I've been easing myself into the world of smartphones. Started cheap, with a Lumia 435, relying mostly on my WiFi network but no carrier so no real GPS. When that phone failed, I jumped on an offer for Google FI, using a Nexus 5X (an offer I wouldn't have taken had I fully understood the terms--did I mention I tend to be cheap). That means I can use its GPS capabilities. That's become handy in the last few days.
My sister's death meant I inherited a number of paintings and photographs passed on from my aunt and uncle, who worked for the YMCA in China in the 1920's, and who also had inherited tintypes from my grandparents. Recently I've been contacting people to work on these objects, conservators to restore the paintings and digitally restore the tintypes. That's led me into the maze of streets in suburban Washington. Rather than the nice gridwork of DC the inner suburbs inside the Beltway are very confusing, a bunch of cul-de-sacs, really unfamiliar to me, just the sort of situation in which a GPS becomes very valuable.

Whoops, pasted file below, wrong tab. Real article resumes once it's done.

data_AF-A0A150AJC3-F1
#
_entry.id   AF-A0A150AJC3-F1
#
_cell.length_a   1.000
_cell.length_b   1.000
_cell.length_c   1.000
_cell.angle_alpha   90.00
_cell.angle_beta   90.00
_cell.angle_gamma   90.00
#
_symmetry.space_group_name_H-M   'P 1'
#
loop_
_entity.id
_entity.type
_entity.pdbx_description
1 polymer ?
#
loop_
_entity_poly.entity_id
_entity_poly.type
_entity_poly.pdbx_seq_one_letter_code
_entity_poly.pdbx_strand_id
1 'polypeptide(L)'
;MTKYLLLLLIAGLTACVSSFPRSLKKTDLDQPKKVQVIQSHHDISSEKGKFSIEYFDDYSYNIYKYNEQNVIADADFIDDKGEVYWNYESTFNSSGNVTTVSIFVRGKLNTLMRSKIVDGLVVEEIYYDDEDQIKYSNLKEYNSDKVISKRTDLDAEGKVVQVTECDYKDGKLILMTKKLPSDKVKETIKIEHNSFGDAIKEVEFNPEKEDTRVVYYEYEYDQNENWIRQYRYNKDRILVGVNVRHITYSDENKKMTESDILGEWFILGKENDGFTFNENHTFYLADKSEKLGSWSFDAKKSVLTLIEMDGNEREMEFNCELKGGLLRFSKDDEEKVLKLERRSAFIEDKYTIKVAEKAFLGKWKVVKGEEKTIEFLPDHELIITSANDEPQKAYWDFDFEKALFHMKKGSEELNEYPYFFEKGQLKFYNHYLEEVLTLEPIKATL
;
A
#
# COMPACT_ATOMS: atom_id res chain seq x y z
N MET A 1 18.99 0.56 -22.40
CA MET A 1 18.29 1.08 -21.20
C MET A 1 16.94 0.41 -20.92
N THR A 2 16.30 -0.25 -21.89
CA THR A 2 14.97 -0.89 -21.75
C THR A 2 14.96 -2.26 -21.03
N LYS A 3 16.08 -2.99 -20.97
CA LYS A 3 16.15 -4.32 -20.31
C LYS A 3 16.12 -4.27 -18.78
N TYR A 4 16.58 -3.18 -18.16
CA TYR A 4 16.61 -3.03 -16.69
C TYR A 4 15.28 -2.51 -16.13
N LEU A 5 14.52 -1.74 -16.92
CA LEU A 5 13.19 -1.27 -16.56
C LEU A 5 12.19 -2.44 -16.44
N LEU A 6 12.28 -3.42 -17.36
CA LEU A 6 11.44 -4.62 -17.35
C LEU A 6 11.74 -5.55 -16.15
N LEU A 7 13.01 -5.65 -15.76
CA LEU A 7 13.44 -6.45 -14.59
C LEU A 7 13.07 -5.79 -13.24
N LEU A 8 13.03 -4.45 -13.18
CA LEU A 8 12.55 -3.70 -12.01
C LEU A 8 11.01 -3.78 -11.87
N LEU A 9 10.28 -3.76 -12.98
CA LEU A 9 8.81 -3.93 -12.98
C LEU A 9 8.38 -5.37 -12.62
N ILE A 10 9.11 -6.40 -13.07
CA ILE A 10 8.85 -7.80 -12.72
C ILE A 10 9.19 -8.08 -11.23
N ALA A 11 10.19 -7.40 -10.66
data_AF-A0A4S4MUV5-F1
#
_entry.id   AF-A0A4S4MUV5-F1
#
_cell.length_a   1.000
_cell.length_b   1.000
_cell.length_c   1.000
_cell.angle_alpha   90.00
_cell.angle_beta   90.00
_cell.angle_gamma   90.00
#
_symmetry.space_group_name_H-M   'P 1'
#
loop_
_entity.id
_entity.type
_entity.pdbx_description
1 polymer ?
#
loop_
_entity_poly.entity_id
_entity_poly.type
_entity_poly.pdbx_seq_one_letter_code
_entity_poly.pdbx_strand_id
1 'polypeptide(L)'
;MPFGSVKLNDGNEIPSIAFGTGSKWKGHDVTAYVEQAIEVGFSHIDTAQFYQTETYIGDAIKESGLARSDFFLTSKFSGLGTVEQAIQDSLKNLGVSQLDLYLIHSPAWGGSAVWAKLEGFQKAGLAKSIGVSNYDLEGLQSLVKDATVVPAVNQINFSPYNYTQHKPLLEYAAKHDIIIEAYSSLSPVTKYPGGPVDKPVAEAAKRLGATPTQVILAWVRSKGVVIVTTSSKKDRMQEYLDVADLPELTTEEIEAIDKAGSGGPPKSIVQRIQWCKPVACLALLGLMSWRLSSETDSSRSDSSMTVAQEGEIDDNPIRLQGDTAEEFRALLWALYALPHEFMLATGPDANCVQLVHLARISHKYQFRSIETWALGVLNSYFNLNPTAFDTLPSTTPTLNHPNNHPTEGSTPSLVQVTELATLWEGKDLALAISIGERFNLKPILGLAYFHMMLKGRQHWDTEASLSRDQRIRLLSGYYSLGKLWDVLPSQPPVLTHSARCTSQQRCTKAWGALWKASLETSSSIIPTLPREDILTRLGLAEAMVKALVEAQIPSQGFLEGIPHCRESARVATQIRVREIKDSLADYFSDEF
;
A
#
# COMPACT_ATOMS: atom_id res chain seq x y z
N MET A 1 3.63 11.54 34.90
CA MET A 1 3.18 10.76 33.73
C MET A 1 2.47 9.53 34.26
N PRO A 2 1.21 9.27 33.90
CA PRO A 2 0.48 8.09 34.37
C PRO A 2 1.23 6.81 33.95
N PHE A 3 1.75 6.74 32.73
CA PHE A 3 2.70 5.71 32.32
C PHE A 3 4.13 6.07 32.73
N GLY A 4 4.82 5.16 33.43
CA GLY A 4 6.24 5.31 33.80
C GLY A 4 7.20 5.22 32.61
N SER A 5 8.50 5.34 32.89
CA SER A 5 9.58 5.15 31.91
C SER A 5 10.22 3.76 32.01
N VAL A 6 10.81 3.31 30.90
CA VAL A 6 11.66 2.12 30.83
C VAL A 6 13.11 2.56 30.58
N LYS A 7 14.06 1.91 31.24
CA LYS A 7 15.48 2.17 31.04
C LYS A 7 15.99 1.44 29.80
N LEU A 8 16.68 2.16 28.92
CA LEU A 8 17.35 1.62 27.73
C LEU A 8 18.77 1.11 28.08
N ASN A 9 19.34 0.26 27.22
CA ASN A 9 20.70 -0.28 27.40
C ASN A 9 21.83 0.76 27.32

Naturally at first I didn't try it, it was new, and I had spent years being able to read maps, so who needed it. Being old has impaired my judgment though. The other day was telling. I thought I knew to take the first turn from I-66 after getting on in Fairfax City. I did, and found I was totally confused, because the intersections I saw didn't match what was on Google. (I should have waited and taken the second turn.) In desperation I turned to the GPS function. Over the next few minutes I learned to accept the GPS voice enough to accept her directions to get back on I-66, and then to get off at the right exit. Live and learn.